Except for my mother having little time to be with me I thought how lucky that I lived at the top of the hill I had a garden. not a brick yard. In the sixties political activists thought there was going to be a military coup to remove Wilson a man who I thank god didnt send my generation to die in the Mekong Delta with the Americans and I enjoyed every minute of life

  • Comment number 92.

    Economic Pain Index

    In an effort to bring clarity to the who is worst hit by the cuts may I suggest a different way of looking at things.

    The idea of my 'index' the Economic pain index is to assess what actually hurts people economically. I suggest that what hurts most is the reduction of a persons income not by some 'fair' percentage, but by when the reduction no matter how small takes their income below some minimum expected level.

    It is the reduction that takes the individual below their minimum expenditure level that hurts disproportionally that can be a 70% reduction in income or a 0.01% reduction. Fairness is subjective. I haven't the data to work out the Economic Pain Index (nor the time to do it!) for the set of groups of individual circumstances - but I am sure that someone with a team of economists could do this.

    What I am suggesting is that the way that my index works, by taking into account the minimum expenditure level for each strata of society is a better guide to fairness than to say that everyone is suffering an equal percentage cut in income. My index requires a value judgement of what people can do without and the relative pain suffered by its removal. The second home, the fourth Caribbean holiday, food one day a week, dare I say it an internet connection - my index would require evaluation of the pain caused by the removal of each. Then for each group the Economic Pain Index would be an assessment of the probability that these costs would be suffered by each group and the value of each loss suffered.

    This is what I believe incenses people. Taking away the cash that lets someone eat matters more than the reduction in the number of foreign holidays even though the first is caused by a 0.1% cut and the latter a 25% cut. Isn't this what we mean by 'fairness'? That is to say I believe that we mean is 'fairness of outcome', judged by the harm to survivability not 'fairness of opportunity' where it is the marginal effect that matters.

  • Comment number 93.

    Its all about fairness isn't it?
    Most people would think it is fair that the type of benefit 'scrounges' revealed in papers like the Mail get their benefits curbed, but just how representative are those examples of most people who will be on the receiving end of the cuts?
    The 'all low paid workers are nothing more than a sponging underclass' brigade have had years of press coverage totally biased in their favour.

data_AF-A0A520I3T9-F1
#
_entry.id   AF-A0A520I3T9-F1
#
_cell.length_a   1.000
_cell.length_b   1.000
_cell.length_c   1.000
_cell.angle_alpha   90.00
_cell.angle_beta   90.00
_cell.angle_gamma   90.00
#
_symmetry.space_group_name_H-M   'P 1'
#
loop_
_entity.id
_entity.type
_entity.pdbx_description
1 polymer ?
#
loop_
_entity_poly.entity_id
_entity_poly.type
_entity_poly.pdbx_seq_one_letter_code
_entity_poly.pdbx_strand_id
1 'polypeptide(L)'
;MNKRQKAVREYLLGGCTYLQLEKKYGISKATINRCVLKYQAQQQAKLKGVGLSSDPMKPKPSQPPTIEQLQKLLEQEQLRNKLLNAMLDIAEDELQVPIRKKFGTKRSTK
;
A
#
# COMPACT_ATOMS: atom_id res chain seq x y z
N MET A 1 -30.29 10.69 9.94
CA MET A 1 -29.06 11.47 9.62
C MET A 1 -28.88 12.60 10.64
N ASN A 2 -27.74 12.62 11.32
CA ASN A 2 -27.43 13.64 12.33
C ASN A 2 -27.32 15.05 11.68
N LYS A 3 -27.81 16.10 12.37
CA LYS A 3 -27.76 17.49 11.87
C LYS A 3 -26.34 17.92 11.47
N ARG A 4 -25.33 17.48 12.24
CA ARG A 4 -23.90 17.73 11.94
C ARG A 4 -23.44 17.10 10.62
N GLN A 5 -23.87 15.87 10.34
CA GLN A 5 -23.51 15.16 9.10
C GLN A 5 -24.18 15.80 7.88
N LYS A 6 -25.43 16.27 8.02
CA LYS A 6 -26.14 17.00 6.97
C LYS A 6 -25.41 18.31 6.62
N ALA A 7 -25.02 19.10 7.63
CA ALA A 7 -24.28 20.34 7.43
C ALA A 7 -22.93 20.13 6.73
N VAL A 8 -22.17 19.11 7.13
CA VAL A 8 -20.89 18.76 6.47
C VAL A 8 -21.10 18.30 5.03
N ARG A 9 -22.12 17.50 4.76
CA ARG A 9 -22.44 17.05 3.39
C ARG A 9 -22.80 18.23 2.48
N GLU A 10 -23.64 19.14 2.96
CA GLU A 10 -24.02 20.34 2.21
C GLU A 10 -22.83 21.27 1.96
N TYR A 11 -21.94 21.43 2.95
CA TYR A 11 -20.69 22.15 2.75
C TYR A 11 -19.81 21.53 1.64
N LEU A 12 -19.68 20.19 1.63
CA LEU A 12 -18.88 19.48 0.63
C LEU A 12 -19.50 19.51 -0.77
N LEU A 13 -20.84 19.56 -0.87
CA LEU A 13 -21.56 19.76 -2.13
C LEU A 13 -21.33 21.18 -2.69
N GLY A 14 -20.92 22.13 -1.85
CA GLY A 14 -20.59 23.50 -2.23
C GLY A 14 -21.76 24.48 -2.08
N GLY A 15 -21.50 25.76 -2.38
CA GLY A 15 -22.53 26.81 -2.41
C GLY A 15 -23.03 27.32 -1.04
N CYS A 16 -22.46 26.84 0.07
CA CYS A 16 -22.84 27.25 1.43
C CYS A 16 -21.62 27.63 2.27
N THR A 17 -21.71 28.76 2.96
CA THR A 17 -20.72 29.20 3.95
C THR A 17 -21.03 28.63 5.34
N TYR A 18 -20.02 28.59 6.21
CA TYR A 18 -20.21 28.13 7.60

But now, if the effect of the cuts are accurately reported the public should get to see the other side of the story.
    In order to buy into the cuts narrative as portrayed by the coalition you have to be convinced that there is no alternative to the timetable, and that there is no choice about where the axe falls, and it is above all else, fair.
    But will people think it is fair when the sick on ESA have their benefit cut off after 12 months even if they can prove that they have done all that could be asked of them to find a job? After all no employer is going to take on someone who might need a week off a month due to ill health no matter what the law says, not when there are plenty of fit, young, able bodied people applying. The consequences for the hundreds of thousands who find themselves in that position will be debt and homelessness. Will that be seen as fair when it becomes a reality?
    Will it be seen as fair when the lowest paid workers are priced out of social housing because of rents rising to 80% of the market rate? Those same low paid workers are having their taxes spent on paying the mortgage interest payments of homeowners. Interestingly this benefit keeps on being extended, first by Darling then again by Osborne in order to support the housing market. Will they be extending benefit limits to the weak and vulnerable I wonder? Somehow I doubt it. Is that fair?
    The whole purpose of social housing is to provide low cost, secure accommodation to the lowest paid, and most vulnerable in society, most of the social housing tenants near me are young disabled people who all have low paid part-time jobs. What happens to them? Is it fair? Is there really 'no other way'?
    It seems to me that those with the least amount of political clout have been hit hardest. The soft targets. In other words, the weakest and most vulnerable. Will the majority still think it is fair as this becomes increasingly apparent over the coming months and years?